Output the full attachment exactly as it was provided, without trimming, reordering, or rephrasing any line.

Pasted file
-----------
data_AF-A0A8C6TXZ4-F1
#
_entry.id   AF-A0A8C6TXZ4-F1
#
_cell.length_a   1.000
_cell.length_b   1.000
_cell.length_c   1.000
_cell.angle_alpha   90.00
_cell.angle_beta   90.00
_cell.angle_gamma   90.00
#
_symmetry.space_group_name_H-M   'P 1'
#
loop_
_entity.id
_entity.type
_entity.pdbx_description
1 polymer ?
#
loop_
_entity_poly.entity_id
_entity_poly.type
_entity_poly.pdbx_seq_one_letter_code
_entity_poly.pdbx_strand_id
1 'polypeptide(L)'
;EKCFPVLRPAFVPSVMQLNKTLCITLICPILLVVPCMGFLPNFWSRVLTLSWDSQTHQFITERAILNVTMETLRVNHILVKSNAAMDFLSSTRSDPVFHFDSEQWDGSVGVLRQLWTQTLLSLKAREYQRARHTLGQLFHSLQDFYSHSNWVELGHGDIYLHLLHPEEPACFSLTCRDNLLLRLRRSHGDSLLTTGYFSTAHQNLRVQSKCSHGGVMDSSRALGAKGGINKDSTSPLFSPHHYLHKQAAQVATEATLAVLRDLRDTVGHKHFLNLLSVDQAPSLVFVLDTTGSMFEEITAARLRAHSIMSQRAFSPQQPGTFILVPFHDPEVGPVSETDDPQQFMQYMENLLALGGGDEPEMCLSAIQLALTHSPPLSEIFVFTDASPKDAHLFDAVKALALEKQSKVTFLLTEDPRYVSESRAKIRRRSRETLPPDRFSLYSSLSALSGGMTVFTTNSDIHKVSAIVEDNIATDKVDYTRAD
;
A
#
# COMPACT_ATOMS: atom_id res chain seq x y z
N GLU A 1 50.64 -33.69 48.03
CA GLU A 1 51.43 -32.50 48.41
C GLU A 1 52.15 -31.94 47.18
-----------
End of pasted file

data_AF-A0A8C6TXZ4-F1
#
_entry.id   AF-A0A8C6TXZ4-F1
#
_cell.length_a   1.000
_cell.length_b   1.000
_cell.length_c   1.000
_cell.angle_alpha   90.00
_cell.angle_beta   90.00
_cell.angle_gamma   90.00
#
_symmetry.space_group_name_H-M   'P 1'
#
loop_
_entity.id
_entity.type
_entity.pdbx_description
1 polymer ?
#
loop_
_entity_poly.entity_id
_entity_poly.type
_entity_poly.pdbx_seq_one_letter_code
_entity_poly.pdbx_strand_id
1 'polypeptide(L)'
;EKCFPVLRPAFVPSVMQLNKTLCITLICPILLVVPCMGFLPNFWSRVLTLSWDSQTHQFITERAILNVTMETLRVNHILVKSNAAMDFLSSTRSDPVFHFDSEQWDGSVGVLRQLWTQTLLSLKAREYQRARHTLGQLFHSLQDFYSHSNWVELGHGDIYLHLLHPEEPACFSLTCRDNLLLRLRRSHGDSLLTTGYFSTAHQNLRVQSKCSHGGVMDSSRALGAKGGINKDSTSPLFSPHHYLHKQAAQVATEATLAVLRDLRDTVGHKHFLNLLSVDQAPSLVFVLDTTGSMFEEITAARLRAHSIMSQRAFSPQQPGTFILVPFHDPEVGPVSETDDPQQFMQYMENLLALGGGDEPEMCLSAIQLALTHSPPLSEIFVFTDASPKDAHLFDAVKALALEKQSKVTFLLTEDPRYVSESRAKIRRRSRETLPPDRFSLYSSLSALSGGMTVFTTNSDIHKVSAIVEDNIATDKVDYTRAD
;
A
#
# COMPACT_ATOMS: atom_id res chain seq x y z
N GLU A 1 50.64 -33.69 48.03
CA GLU A 1 51.43 -32.50 48.41
C GLU A 1 52.15 -31.94 47.18